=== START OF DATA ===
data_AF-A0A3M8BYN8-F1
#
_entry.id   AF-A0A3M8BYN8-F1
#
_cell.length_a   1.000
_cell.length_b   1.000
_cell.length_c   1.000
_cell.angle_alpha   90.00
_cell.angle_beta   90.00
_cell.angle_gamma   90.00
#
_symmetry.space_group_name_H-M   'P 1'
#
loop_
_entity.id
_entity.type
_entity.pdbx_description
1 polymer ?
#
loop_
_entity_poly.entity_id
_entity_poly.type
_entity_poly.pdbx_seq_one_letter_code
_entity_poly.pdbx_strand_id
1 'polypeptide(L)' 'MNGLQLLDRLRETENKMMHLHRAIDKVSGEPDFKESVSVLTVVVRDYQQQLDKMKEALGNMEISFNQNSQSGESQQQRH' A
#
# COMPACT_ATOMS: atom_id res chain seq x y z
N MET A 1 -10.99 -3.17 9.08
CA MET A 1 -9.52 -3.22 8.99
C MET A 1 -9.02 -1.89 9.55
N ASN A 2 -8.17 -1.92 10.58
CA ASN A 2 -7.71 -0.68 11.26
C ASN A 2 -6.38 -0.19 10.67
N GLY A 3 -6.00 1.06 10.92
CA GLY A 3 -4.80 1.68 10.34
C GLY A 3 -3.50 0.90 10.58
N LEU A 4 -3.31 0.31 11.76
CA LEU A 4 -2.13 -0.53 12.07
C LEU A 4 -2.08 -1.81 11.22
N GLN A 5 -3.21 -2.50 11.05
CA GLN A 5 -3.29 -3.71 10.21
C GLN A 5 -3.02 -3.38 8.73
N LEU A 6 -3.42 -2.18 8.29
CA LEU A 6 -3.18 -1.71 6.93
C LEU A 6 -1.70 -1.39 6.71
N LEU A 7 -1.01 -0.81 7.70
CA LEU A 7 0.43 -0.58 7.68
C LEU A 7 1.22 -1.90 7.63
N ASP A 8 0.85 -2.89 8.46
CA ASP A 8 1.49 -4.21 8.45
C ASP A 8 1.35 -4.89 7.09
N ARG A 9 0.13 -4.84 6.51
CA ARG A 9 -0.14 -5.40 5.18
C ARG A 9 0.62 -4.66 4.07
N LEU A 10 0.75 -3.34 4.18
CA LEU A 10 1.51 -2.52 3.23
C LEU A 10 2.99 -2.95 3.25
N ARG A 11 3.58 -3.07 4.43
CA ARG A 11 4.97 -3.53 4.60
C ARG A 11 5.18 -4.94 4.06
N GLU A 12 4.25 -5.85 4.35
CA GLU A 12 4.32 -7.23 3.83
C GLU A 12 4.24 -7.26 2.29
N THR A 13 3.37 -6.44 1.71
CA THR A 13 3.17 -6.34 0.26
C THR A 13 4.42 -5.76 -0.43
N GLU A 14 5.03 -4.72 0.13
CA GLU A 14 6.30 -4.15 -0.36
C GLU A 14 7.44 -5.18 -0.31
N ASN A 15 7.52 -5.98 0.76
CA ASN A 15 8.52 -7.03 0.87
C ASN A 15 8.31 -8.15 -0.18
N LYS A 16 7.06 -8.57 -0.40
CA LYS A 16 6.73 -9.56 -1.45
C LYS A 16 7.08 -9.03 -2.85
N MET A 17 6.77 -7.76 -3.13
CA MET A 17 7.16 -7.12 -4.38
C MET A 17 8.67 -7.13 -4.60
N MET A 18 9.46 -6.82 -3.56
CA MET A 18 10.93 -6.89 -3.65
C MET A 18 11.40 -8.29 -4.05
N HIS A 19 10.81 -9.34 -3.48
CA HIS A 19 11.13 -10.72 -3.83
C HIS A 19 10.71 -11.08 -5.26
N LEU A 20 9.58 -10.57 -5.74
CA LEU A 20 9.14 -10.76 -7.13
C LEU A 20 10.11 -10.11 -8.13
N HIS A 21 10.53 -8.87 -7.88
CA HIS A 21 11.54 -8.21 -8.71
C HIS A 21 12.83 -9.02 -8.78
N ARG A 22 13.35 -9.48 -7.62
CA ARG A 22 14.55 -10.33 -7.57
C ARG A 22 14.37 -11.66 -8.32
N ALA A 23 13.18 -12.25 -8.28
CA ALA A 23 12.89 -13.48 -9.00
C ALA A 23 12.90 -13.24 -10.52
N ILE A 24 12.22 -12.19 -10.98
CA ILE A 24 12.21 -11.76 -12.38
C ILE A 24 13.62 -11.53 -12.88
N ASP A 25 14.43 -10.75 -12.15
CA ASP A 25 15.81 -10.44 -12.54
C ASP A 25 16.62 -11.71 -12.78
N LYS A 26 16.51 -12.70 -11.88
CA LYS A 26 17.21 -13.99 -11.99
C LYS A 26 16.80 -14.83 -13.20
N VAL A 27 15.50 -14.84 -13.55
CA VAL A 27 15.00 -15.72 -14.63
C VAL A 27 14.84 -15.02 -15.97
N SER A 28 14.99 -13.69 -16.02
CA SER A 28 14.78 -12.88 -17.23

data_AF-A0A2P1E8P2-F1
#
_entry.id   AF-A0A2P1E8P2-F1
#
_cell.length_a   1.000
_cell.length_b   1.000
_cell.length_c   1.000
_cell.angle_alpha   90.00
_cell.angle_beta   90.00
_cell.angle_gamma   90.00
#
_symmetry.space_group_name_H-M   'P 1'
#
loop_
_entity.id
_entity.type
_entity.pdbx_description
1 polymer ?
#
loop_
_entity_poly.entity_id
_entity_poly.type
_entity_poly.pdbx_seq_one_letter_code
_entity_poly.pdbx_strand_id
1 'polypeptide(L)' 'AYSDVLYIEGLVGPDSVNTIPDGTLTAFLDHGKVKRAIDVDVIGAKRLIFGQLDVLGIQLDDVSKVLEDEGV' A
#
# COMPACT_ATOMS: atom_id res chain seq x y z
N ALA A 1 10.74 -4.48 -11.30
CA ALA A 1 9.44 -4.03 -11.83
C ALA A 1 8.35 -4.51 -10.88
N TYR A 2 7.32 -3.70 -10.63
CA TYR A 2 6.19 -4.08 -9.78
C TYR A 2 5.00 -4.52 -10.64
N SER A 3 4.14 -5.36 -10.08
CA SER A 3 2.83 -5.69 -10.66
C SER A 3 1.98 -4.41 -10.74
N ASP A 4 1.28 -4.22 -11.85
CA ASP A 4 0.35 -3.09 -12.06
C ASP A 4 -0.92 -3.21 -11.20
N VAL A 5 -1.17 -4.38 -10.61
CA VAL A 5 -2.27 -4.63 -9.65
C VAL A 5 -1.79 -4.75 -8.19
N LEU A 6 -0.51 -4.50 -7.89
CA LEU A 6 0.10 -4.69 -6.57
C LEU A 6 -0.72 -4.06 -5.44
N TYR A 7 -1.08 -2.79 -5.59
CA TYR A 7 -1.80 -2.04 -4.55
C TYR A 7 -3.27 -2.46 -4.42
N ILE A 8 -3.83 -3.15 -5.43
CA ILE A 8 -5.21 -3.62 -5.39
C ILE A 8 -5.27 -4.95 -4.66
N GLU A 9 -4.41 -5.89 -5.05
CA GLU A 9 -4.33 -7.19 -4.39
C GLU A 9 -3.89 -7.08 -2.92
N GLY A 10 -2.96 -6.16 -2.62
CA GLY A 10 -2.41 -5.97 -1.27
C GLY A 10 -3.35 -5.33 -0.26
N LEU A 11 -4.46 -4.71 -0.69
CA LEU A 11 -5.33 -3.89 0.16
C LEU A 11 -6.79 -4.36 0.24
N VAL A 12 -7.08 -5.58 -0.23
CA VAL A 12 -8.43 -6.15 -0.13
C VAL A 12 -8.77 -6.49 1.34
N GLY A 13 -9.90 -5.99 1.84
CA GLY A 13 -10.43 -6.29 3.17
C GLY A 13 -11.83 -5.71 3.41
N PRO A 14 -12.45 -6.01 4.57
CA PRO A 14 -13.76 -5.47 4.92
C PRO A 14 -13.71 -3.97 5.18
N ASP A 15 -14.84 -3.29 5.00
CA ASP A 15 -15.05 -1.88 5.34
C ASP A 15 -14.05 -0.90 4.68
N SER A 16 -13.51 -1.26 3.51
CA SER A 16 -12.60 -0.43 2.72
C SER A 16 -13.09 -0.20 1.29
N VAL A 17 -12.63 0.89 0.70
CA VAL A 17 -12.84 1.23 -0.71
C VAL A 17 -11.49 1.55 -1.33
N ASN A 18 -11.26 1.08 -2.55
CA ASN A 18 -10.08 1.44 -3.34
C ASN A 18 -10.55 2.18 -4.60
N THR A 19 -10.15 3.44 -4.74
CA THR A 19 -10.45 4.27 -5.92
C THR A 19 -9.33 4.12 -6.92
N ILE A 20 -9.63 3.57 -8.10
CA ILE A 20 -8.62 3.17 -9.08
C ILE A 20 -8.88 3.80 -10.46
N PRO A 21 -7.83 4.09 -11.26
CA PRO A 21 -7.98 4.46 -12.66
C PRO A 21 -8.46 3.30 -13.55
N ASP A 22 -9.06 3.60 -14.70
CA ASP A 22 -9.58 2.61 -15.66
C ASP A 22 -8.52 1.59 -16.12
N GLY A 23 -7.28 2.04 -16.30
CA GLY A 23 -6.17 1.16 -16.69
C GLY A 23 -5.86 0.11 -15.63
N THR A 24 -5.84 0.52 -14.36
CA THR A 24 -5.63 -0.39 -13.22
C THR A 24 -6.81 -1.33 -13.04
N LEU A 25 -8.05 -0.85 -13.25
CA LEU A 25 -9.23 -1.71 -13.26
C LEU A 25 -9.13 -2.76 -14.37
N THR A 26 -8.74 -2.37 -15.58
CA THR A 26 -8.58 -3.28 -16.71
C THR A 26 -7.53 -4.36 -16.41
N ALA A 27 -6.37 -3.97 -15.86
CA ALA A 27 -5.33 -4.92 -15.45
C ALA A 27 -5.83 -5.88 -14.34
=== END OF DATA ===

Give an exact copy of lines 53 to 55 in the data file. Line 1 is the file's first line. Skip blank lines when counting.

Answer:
CA ARG A 9 -0.14 -5.40 5.18
C ARG A 9 0.62 -4.66 4.07
N LEU A 10 0.75 -3.34 4.18